Julius Schnorr von Carolsfeld
|Died||24 May 1872 (aged 78)|
Julius Schnorr von Carolsfeld (26 March 1794 - 24 May 1872) (German pronunciation: ['ju:ls ?n f?n 'ka:lsf?lt]) was a German painter, chiefly of Biblical subjects. As a young man he associated with the painters of the Nazarene movement who revived the florid Renaissance style in religious art. He is remembered for his extensive Picture Bible, and his designs for stained glass windows in cathedrals.
Schnorr was born in Leipzig, the son of Veit Hanns Schnorr von Carolsfeld (1764-1841), a draughtsman, engraver, and painter, from whom he received his initial artistic education, his earliest known works being copies of the Neoclassical drawings of John Flaxman. In 1811 he entered the Vienna Academy, from which Johann Friedrich Overbeck and others who rebelled against the old conventional style had been expelled about a year before. There he studied under Friedrich Heinrich Füger, and became friends with Joseph Anton Koch and Heinrich Olivier, both of whom would have an important influence on his style. Schnorr followed Overbeck and the other founders of the Nazarene movement to Rome in 1815. This school of religious and romantic art tended to reject modern styles, attempting to revert to and revive the principles and practice of earlier periods.
At the beginning of his time in Rome, Schnorr was particularly influenced by his close study of fifteenth-century Italian painting, especially the works of Fra Angelico. Soon however, he abandoned this refined simplicity, and began to look towards more elaborate High Renaissance models.
From its outset the Nazarene movement made an effort to recover fresco painting and monumental art, and Schnorr had an opportunity to demonstrate his powers when commissioned to decorate the entrance hall of the Villa Massimo near the Lateran with frescoes illustrating the works of Ariosto. Other cycles in the house were begun by Peter von Cornelius and Johann Friedrich Overbeck.
Schnorr married Maria Heller, the stepdaughter of Ferdinand Olivier, in 1827. Their son Ludwig Schnorr von Carolsfeld was an operatic tenor who died at the age of 29. He had just begun to gain renown as the first to sing Wagner's Tristan. Schnorr's brother, Ludwig Ferdinand (1788-1853) was also a painter. Schnorr died in Munich in 1872.
The second period of Schnorr's artistic output began in 1825, when he left Rome, settled in Munich, entered the service of Ludwig I of Bavaria, and transplanted to Germany the art of wall-painting which he had learned in Italy. He showed himself qualified as a sort of poet-painter to the Bavarian court; he organized a staff of trained executants, and covered five halls in the new palace - the "Residenz" - with frescoes illustrating the Nibelungenlied. He also painted a series of scenes from the lives of Charlemagne, Frederick Barbarossa and Rudolph of Habsburg.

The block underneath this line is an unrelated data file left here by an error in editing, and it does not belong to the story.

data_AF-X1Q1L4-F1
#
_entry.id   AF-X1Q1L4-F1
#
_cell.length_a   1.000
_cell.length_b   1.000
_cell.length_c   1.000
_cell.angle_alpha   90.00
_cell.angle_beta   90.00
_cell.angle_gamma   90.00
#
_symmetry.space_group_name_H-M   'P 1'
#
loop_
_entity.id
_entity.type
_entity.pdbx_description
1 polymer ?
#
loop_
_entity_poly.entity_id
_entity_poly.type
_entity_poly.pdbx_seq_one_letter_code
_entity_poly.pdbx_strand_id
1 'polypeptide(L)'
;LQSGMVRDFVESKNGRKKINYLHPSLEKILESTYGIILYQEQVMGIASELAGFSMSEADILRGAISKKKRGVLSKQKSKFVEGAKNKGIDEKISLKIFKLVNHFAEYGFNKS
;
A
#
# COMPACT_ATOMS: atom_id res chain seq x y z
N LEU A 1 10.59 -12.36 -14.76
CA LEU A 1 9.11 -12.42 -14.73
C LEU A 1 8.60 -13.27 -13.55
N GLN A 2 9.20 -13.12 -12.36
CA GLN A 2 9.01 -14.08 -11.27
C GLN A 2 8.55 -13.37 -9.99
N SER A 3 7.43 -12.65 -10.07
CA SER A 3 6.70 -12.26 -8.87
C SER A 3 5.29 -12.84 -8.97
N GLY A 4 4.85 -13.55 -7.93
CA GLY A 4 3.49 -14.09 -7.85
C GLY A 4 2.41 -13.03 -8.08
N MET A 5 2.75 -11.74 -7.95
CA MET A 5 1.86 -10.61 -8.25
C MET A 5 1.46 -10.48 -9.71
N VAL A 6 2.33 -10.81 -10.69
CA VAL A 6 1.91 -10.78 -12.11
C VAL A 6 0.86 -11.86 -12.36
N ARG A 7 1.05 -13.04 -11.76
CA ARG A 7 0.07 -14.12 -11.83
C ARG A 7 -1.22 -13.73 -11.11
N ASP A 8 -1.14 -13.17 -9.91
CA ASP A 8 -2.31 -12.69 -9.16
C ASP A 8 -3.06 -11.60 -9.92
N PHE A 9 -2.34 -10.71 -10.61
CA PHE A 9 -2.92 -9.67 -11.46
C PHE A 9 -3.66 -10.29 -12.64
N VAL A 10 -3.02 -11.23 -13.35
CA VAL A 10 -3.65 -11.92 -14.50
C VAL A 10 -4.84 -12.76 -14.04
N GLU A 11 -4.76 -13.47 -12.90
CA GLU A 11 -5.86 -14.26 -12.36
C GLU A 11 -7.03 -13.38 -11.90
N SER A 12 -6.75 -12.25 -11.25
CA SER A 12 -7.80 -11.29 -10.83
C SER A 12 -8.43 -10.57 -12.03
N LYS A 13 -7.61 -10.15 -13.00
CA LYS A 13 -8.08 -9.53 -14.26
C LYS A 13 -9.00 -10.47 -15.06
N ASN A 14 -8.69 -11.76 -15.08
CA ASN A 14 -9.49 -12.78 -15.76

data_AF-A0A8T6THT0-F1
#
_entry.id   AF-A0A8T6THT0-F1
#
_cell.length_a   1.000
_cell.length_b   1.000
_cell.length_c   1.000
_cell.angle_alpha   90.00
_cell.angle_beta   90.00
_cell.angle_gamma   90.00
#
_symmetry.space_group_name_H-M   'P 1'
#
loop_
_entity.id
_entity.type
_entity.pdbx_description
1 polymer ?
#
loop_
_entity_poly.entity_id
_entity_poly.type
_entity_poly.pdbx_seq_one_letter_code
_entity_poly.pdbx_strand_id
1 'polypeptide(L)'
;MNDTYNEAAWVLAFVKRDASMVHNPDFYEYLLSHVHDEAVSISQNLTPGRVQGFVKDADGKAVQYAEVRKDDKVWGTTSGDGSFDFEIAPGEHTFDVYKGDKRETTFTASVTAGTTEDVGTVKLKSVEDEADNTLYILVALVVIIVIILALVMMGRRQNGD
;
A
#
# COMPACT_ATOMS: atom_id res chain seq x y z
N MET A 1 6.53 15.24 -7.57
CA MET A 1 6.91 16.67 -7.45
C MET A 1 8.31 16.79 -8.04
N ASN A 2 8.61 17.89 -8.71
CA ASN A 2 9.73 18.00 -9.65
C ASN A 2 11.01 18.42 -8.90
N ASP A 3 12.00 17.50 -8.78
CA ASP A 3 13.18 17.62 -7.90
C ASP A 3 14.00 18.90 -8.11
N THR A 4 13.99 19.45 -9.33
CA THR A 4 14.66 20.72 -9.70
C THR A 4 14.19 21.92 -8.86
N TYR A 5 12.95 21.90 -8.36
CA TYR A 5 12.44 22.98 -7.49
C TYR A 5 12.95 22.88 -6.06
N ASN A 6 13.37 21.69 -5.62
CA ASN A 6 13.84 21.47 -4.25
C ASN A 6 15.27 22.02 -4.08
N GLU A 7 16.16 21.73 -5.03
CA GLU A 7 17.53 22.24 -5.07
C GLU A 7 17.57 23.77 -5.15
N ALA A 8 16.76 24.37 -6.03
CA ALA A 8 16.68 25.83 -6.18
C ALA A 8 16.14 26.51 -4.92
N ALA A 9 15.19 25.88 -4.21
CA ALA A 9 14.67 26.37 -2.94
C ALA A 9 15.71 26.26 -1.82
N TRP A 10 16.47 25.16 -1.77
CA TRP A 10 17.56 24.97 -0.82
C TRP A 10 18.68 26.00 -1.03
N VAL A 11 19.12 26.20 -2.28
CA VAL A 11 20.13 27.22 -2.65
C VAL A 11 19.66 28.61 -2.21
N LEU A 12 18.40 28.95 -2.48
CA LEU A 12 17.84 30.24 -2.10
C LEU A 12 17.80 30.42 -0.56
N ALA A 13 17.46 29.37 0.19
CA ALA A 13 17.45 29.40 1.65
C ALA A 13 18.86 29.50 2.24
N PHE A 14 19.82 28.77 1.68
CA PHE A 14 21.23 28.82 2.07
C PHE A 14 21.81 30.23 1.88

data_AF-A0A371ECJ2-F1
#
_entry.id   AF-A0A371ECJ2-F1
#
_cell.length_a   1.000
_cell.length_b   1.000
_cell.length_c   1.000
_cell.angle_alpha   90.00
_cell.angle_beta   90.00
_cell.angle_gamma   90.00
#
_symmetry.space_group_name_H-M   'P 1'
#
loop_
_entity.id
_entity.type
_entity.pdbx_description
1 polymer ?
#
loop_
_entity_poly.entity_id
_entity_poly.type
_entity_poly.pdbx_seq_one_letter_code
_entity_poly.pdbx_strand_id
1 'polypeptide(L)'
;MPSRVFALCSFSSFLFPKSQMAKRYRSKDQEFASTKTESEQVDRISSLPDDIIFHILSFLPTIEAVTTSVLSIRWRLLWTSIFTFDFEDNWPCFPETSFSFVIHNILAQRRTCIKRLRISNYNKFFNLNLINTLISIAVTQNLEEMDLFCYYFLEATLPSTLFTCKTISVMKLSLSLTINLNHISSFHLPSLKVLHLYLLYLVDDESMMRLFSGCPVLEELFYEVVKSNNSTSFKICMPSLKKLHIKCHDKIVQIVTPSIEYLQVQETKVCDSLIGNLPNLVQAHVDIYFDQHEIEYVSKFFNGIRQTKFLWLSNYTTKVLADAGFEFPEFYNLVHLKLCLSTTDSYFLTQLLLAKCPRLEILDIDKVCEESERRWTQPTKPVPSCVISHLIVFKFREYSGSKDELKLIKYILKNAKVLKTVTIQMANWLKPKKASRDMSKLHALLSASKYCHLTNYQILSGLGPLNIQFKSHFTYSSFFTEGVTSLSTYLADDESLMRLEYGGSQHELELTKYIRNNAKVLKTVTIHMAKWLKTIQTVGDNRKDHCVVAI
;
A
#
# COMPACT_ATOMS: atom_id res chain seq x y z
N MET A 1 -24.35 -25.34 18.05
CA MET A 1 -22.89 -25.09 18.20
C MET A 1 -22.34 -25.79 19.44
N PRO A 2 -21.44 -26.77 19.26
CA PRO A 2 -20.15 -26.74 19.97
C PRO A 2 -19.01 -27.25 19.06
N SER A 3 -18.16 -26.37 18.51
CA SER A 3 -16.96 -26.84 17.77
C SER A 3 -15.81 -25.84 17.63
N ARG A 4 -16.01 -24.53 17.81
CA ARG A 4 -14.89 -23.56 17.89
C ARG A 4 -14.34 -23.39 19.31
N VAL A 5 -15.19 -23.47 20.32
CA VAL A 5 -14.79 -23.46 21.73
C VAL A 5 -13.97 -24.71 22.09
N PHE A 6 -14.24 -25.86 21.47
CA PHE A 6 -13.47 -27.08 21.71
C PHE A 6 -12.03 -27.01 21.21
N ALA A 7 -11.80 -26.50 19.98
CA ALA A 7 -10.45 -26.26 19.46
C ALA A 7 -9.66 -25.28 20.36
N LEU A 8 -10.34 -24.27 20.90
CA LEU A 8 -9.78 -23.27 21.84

Schnorr had initially wanted to create a complex symbolic programme in which these German historical subjects were combined with scenes from the Old Testament. This however was rejected by Ludwig, leaving Schnorr to complain that he was left with the task of painting a mere "newspaper report of the Middle Ages" ("Zeitungsartikel des Mittelalters"). Critics considered these compositions to be creative, learned in composition, masterly in drawing, but also exaggerated in thought and extravagant in style.
Schnorr's third period was marked by his Biblical illustrations. He was a Lutheran, and took a broad and un-sectarian view. His Picture Bible was published in Leipzig in 30 parts in 1852-60, and an English edition followed in 1861. The Picture Bible illustrations were often complex and cluttered; some critics found them lacking in harmony of line and symmetry, judging them to be inferior to equivalent work produced by Raphael. His style differs from the simplicity and severity of earlier times, exhibiting instead the floridity of the later Renaissance.
Schnorr's biblical drawings and cartoons for frescoes formed a natural prelude to designs for church windows, and his renown in Germany secured commissions in Great Britain. Schnorr was one of ten artists who provided designs for a scheme of stained-glass for Glasgow Cathedral, commissioned in 1856-7 and manufactured at the royal factory in Munich, and he later designed windows for St Paul's Cathedral in London. This Munich glass provoked controversy: medievalists objected to its lack of lustre, and stigmatized the windows as mere coloured blinds and picture transparencies. The opposing party, however, claimed for these modern revivals "the union of the severe and excellent drawing of early Florentine oil-paintings with the colouring and arrangement of the glass-paintings of the latter half of the 16th century." Four windows by Schnorr were installed at St Paul's: three in the chancel (removed in 1888) and one at the west end (destroyed in 1941). Most of the Munich glass at Glasgow was removed during the 20th century.
In August 2016, the National Gallery of Art in Washington D.C. returned a drawing in its collection, A Branch with Shriveled Leaves (1817) by Schnorr to the heirs of Dr. Marianne Schmidl (1890-1942), an Austrian ethnologist who was murdered in the Holocaust.
The Gallery first became aware of Marianne Schmidl's tragic fate and the duress attending the sale of her family's drawing collection from restitutions to her family announced by European institutions, including the Albertina in Vienna (2013), the Staatliche Museen zu Berlin (2014), and the Kupferstich-Kabinett, Dresden (2015). Subsequent research by Nancy Yeide, head of the department of curatorial records and the Gallery's World War II provenance research expert, confirmed the circumstances of the sale of the drawings by Schmidl.